I’m always glad to discover a book for boys about boys, although the ‘green’ theme in this novel should make it attractive to girls as well. The setup for the novel finds 13-year-old Leo and his 10-year-old brother, Hollis orphaned when their parents die in a plane crash. Their totally rich uncle Crane takes them to live with him in a kid’s dream palace in a warehouse. When Leo starts hearing sounds that no one else hears, it launches him on an unpredictable adventure with his two best friends.

 

I like the character mix. The protagonist, Leo, is smart, resourceful, perseverant and he sincerely cares for his younger brother. Leo’s friend, Trevor, is super smart—good to have with you on an adventure. Leo’s mentor, Jeremy, is reliable—a solid father figure and he’s into music.

 

Leo’s paranormal phenomena are clever and intriguing. That caught my interest at the outset of the story and maintained it to the end. Also, the pace of the adventure and Leo’s sense of urgency keeps the tension on from the start. However, the story lacks a level of excitement and I think that’s because Leo doesn’t have much at stake. He’s never in any real danger.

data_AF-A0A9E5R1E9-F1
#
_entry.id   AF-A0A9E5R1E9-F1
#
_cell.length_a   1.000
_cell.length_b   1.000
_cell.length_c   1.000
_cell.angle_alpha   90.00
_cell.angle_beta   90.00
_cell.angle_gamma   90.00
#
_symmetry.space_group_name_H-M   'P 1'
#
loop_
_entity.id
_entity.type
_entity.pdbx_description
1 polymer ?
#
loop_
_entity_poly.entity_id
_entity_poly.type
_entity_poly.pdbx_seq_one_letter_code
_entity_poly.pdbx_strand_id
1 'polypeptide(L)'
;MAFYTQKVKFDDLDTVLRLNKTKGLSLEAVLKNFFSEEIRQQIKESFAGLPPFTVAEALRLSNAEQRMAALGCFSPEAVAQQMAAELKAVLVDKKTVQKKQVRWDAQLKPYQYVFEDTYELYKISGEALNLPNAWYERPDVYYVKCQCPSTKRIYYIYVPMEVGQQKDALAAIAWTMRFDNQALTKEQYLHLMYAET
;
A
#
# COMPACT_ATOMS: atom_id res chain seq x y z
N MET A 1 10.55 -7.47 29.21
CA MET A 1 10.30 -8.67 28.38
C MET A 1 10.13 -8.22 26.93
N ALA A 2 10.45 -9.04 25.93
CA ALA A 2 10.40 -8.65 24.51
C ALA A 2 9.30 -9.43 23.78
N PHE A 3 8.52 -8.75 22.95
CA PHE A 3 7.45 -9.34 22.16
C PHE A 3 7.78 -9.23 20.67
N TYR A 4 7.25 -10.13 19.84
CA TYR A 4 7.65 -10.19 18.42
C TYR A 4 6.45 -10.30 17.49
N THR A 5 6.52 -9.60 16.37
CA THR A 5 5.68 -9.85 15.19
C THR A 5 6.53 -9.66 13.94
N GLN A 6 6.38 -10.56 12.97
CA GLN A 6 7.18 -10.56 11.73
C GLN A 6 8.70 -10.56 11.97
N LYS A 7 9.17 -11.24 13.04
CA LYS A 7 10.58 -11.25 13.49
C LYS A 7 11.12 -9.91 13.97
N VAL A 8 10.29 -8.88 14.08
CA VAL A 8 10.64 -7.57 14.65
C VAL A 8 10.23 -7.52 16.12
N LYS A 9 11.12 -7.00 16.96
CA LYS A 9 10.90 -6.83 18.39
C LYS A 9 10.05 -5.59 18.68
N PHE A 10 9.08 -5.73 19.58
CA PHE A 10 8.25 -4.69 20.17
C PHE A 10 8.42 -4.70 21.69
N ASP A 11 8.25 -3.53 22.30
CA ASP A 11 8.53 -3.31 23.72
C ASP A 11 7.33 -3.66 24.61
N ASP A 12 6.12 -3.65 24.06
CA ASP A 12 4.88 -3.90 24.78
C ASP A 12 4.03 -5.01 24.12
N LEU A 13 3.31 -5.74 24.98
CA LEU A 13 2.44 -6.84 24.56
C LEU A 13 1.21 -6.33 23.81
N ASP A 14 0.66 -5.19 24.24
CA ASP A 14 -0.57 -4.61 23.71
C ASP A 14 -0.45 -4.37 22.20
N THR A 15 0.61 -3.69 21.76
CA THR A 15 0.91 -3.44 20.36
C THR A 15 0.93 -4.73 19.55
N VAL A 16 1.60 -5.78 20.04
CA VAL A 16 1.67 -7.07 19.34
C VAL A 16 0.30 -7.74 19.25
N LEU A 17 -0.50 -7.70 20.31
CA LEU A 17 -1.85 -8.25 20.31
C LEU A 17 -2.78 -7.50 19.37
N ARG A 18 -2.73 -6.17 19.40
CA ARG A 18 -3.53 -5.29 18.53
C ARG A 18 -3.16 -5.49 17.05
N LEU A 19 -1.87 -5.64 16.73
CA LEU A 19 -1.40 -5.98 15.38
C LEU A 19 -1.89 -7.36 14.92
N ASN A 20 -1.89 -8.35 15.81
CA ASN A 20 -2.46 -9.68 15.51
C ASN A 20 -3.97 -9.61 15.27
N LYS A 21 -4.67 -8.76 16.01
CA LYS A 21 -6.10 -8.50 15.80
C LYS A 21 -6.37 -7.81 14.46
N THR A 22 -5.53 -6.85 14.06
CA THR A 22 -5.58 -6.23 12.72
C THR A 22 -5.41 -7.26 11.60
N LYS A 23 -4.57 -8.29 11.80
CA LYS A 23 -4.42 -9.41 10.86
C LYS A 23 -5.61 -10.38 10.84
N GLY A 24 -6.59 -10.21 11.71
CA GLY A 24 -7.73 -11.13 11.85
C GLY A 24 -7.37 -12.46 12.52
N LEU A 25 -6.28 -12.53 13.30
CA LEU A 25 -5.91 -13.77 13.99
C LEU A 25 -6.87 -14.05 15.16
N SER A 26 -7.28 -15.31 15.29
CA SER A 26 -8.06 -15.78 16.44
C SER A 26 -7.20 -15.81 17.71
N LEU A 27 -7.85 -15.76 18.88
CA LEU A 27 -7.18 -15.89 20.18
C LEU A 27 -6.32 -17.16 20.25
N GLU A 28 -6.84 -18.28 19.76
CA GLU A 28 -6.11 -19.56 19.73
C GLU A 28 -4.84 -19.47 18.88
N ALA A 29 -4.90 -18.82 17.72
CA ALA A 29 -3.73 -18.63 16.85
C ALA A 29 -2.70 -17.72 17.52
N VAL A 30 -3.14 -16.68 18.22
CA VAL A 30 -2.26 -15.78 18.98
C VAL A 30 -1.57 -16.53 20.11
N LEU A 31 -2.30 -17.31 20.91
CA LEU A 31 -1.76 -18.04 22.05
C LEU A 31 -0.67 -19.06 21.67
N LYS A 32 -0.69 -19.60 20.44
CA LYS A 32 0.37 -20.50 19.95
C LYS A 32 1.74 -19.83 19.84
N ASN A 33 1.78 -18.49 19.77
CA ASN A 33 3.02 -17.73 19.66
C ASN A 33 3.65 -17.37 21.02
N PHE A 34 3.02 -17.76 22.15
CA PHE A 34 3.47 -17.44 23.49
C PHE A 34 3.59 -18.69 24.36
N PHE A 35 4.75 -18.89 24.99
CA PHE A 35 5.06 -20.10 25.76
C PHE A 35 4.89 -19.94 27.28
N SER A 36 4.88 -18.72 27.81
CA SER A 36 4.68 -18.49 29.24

The descriptions are clear and build good mental images. The authors use interesting and apt figurative language. The edited book is professional and squeaky clean—what else would you expect from Scholastic Press?

 

Although the plot and actions are kid-like, I thought the narration and internal dialogue sounded too mature for thirteen, more like sixteen or older. Pre-teens might bog down with this diction, although kids do like to read up.

Book Review: Grand Theft Death by Ann Philipp